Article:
In 2012 Red Hulk was listed as #41 on IGN's "Top 50 Avengers". IGN reviewer Jesse Schedeen was generally critical of the series, citing a lack of character development and the emphasis on continuous action sequences over the ongoing question of Red Hulk's identity. Schedeen also derided the treatment of other mainstream Marvel characters within the pages of Hulk, saying about issue #5 "The series has already treated She-Hulk and Iron Man like ragdolls who crumple under the awesome might of Red Hulk. Now it's Thor's turn". Claiming bad dialogue, poor pacing and maltreated characters, Schedeen stated that Ed McGuinness' artwork was the only saving grace for the title.
Thaddeus Ross appears in media set in the Marvel Cinematic Universe (MCU), portrayed by William Hurt. Director Joe Russo revealed the character's transformation into the Red Hulk was considered during production of Captain America: Civil War, but it was decided that there was not enough room in the narrative to substantiate that development. Screenwriter Christopher Markus stated that for a brief moment Red Hulk's inclusion was considered again in Avengers: Endgame, and that it was possible the character could evolve into that character one day. Hurt himself stated "I wouldn't mind feeling like I had that much power... I created Thaddeus' ego with the same size as the monster's. With the same degree of messed up-ness. [sic] I'd take a shot at it." Director James Gunn expressed interest in making a film featuring both Hulk and Red Hulk, but the project never entered development due to conflicts with Universal Pictures, who hold the film rights to Hulk and his supporting cast.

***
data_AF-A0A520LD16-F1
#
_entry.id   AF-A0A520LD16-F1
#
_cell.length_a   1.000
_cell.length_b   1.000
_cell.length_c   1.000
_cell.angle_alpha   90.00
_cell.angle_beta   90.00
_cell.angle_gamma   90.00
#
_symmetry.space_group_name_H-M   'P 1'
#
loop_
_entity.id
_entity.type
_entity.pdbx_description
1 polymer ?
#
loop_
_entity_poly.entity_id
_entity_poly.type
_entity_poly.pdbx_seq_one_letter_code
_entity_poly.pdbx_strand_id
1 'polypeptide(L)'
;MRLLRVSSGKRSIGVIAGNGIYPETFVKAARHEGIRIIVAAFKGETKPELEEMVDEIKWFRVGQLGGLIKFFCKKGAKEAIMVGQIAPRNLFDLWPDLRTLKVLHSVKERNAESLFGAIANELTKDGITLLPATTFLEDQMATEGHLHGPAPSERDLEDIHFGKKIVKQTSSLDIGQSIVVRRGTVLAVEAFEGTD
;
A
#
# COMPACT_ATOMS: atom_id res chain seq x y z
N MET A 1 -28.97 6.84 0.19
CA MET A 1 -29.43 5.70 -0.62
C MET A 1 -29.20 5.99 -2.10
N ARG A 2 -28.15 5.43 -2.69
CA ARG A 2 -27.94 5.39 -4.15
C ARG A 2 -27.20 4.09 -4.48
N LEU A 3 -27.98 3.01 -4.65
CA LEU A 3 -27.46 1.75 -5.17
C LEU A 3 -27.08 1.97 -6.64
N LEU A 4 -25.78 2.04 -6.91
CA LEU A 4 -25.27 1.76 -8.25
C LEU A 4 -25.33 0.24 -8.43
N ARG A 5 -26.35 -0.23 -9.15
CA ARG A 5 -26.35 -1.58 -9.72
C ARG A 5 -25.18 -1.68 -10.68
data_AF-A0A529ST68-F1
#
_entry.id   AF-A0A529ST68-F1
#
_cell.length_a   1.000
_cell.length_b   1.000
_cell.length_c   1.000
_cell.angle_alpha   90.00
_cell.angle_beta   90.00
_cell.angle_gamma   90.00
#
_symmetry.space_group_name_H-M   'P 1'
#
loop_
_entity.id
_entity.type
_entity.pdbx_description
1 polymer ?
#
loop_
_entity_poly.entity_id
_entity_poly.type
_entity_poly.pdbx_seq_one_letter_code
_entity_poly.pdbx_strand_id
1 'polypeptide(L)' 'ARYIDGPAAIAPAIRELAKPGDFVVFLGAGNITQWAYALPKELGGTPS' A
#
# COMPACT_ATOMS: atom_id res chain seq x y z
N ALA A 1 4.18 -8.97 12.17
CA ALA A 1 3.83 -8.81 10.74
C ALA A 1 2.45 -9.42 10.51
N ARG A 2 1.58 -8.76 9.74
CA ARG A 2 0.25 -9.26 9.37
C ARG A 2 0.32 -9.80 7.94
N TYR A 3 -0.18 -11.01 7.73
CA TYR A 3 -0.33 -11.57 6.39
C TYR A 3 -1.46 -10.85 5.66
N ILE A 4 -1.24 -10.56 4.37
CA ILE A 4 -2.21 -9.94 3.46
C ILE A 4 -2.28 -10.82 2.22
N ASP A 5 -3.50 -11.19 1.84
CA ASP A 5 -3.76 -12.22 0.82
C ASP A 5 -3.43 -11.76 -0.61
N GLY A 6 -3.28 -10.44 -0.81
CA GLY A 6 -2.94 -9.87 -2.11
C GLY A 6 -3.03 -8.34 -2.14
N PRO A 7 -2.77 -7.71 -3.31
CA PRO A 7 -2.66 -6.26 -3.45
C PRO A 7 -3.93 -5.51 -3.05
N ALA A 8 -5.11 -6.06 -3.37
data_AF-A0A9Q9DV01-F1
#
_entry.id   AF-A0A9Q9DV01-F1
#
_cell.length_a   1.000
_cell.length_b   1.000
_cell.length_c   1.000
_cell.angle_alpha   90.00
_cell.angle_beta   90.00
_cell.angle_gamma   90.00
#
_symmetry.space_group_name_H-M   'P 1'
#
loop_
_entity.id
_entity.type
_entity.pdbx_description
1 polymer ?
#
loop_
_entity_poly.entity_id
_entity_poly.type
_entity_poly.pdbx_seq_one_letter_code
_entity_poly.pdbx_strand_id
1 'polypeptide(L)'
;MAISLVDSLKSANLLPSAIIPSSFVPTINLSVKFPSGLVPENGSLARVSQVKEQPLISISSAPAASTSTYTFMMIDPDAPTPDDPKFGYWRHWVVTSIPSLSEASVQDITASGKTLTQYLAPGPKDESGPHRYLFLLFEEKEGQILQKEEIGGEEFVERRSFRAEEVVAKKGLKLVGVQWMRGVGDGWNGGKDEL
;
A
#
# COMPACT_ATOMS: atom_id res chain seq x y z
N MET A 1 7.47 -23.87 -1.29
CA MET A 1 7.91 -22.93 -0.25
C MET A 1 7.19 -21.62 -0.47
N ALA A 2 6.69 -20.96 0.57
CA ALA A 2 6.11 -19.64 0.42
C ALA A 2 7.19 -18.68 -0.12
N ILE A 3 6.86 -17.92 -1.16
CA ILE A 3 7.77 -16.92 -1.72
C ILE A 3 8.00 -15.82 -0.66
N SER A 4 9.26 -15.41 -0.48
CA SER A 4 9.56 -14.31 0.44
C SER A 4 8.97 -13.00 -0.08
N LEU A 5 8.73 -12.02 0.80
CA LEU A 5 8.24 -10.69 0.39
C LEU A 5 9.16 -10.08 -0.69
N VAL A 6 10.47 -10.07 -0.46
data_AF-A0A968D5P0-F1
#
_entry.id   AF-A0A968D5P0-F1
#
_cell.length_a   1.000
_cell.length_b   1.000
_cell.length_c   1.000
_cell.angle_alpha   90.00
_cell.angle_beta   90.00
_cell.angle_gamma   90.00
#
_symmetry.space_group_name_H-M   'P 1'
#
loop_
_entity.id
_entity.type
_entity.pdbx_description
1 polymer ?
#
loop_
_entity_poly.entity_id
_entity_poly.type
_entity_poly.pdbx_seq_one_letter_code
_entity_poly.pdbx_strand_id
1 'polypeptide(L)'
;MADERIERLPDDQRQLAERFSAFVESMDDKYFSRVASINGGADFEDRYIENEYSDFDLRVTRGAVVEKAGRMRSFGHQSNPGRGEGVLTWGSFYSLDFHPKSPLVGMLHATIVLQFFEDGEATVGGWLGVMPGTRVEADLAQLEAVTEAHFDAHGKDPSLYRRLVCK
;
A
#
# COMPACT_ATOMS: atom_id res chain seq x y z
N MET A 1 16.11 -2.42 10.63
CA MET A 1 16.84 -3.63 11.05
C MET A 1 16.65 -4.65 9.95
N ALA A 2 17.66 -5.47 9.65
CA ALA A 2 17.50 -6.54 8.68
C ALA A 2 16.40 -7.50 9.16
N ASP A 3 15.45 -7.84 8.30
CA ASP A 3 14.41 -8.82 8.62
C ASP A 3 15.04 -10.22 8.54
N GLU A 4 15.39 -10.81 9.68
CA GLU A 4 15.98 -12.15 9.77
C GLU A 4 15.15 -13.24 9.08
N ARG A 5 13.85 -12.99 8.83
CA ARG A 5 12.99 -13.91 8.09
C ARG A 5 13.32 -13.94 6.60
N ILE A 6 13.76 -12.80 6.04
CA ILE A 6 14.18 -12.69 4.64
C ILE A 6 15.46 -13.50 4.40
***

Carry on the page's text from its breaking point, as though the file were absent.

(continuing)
Red Hulk has been merchandised in the form of action figures and miniature statues.
|Title||Material collected||Publication date||ISBN|
|Hulk Vol. 1: Red Hulk||Hulk vol. 2 #1–6||February 2009||0-7851-2882-4|
|Hulk Vol. 2: Red & Green||Hulk vol. 2 #7–9; King-Size Hulk #1||July 2009||0-7851-2884-0|
|Hulk Vol. 3: Hulk No More||Hulk vol. 2 #10–13; Incredible Hulk #600||February 2010||0-7851-4052-2|
|Hulk: Fall of the Hulks Prelude||Hulk vol. 2 #2, 16; Skaar: Son of Hulk #1; Hulk: Raging Thunder; Planet Skaar Prologue; All-New Savage She-Hulk #4;||February 2010||0-7851-4315-7|
|Hulk Vol. 4: Hulk vs. X-Force||Hulk vol. 2 #14–18||June 2010||0-7851-4053-0|
|Hulk: Fall of the Hulks – Red Hulk||Fall of the Hulks: Red Hulk #1–4||August 2010||0-7851-4795-0|
|Hulk Vol. 5: Fall of the Hulks||Hulk vol. 2 #19–21; Fall of the Hulks: Gamma||November 2010||0-7851-4054-9|
|Hulk Vol. 6: World War Hulks||Hulk vol. 2 #22–24||March 2011||0-7851-4267-3|
|Red Hulk: Scorched Earth||Hulk vol. 2 #25–30||May 2011||0-7851-4896-5|
|Planet Red Hulk||Hulk vol. 2 #30.1, 31–36||October 2011||0-7851-5578-3|
|Fear Itself: Hulk||Hulk vol. 2 #37–41||February 2012||0-7851-5579-1|
|Hulk: Hulk of Arabia||Hulk vol. 2 #42–46||April 2012||0-7851-6095-7|
|Hulk: Haunted Hulk||Hulk vol. 2 #47–52||August 2012||978-0-7851-6099-1|
|Red Hulk: Mayan Rule||Hulk vol. 2 #53–57||November 2012||0-7851-6097-3|
Each issue provides about 30 seconds of plot development, which usually centers around heaping more layers of mystery atop the Red Hulk's identity. The rest involves smashing, being smashed, or a bit of both.